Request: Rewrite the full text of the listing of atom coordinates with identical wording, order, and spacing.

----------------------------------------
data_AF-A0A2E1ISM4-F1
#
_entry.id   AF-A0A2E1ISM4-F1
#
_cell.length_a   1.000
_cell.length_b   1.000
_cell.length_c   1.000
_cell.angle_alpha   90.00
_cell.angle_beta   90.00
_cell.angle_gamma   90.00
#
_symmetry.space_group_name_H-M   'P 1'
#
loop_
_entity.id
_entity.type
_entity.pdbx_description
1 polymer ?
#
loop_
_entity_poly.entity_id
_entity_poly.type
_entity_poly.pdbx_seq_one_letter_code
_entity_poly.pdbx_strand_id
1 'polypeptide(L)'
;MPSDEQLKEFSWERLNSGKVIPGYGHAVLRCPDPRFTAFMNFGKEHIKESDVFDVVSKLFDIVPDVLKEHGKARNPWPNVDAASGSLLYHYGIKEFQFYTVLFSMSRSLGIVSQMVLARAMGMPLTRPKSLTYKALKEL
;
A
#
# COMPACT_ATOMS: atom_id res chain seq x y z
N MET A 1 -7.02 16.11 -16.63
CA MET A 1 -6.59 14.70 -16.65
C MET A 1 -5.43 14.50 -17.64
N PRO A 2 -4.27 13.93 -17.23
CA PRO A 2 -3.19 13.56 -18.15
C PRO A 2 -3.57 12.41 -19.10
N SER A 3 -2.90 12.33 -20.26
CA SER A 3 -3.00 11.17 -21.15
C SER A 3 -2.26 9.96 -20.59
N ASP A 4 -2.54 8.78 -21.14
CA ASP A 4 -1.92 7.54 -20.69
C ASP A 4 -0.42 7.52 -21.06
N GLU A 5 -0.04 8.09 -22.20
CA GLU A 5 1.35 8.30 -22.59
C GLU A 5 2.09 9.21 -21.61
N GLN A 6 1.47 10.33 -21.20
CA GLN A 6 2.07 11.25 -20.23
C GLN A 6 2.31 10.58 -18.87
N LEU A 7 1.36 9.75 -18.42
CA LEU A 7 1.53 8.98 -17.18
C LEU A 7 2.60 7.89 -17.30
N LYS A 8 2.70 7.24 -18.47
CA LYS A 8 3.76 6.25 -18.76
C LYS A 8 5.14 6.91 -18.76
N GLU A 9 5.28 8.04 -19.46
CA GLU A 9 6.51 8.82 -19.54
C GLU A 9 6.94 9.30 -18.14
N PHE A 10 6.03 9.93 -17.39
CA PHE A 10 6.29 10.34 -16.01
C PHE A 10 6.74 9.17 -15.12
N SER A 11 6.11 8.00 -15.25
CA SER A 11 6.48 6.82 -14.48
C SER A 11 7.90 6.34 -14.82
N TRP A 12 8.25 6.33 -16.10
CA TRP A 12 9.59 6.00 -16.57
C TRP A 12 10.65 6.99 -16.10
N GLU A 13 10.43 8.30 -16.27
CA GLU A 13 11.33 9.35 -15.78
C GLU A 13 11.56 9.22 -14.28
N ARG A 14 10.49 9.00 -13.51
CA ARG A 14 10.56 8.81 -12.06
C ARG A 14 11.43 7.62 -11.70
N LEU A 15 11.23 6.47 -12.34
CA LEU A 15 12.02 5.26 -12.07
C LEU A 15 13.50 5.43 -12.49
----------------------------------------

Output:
data_AF-A0A2E1ISM4-F1
#
_entry.id   AF-A0A2E1ISM4-F1
#
_cell.length_a   1.000
_cell.length_b   1.000
_cell.length_c   1.000
_cell.angle_alpha   90.00
_cell.angle_beta   90.00
_cell.angle_gamma   90.00
#
_symmetry.space_group_name_H-M   'P 1'
#
loop_
_entity.id
_entity.type
_entity.pdbx_description
1 polymer ?
#
loop_
_entity_poly.entity_id
_entity_poly.type
_entity_poly.pdbx_seq_one_letter_code
_entity_poly.pdbx_strand_id
1 'polypeptide(L)'
;MPSDEQLKEFSWERLNSGKVIPGYGHAVLRCPDPRFTAFMNFGKEHIKESDVFDVVSKLFDIVPDVLKEHGKARNPWPNVDAASGSLLYHYGIKEFQFYTVLFSMSRSLGIVSQMVLARAMGMPLTRPKSLTYKALKEL
;
A
#
# COMPACT_ATOMS: atom_id res chain seq x y z
N MET A 1 -7.02 16.11 -16.63
CA MET A 1 -6.59 14.70 -16.65
C MET A 1 -5.43 14.50 -17.64
N PRO A 2 -4.27 13.93 -17.23
CA PRO A 2 -3.19 13.56 -18.15
C PRO A 2 -3.57 12.41 -19.10
N SER A 3 -2.90 12.33 -20.26
CA SER A 3 -3.00 11.17 -21.15
C SER A 3 -2.26 9.96 -20.59
N ASP A 4 -2.54 8.78 -21.14
CA ASP A 4 -1.92 7.54 -20.69
C ASP A 4 -0.42 7.52 -21.06
N GLU A 5 -0.04 8.09 -22.20
CA GLU A 5 1.35 8.30 -22.59
C GLU A 5 2.09 9.21 -21.61
N GLN A 6 1.47 10.33 -21.20
CA GLN A 6 2.07 11.25 -20.23
C GLN A 6 2.31 10.58 -18.87
N LEU A 7 1.36 9.75 -18.42
CA LEU A 7 1.53 8.98 -17.18
C LEU A 7 2.60 7.89 -17.30
N LYS A 8 2.70 7.24 -18.47
CA LYS A 8 3.76 6.25 -18.76
C LYS A 8 5.14 6.91 -18.76
N GLU A 9 5.28 8.04 -19.46
CA GLU A 9 6.51 8.82 -19.54
C GLU A 9 6.94 9.30 -18.14
N PHE A 10 6.03 9.93 -17.39
CA PHE A 10 6.29 10.34 -16.01
C PHE A 10 6.74 9.17 -15.12
N SER A 11 6.11 8.00 -15.25
CA SER A 11 6.48 6.82 -14.48
C SER A 11 7.90 6.34 -14.82
N TRP A 12 8.25 6.33 -16.10
CA TRP A 12 9.59 6.00 -16.57
C TRP A 12 10.65 6.99 -16.10
N GLU A 13 10.43 8.30 -16.27
CA GLU A 13 11.33 9.35 -15.78
C GLU A 13 11.56 9.22 -14.28
N ARG A 14 10.49 9.00 -13.51
CA ARG A 14 10.56 8.81 -12.06
C ARG A 14 11.43 7.62 -11.70
N LEU A 15 11.23 6.47 -12.34
CA LEU A 15 12.02 5.26 -12.07
C LEU A 15 13.50 5.43 -12.49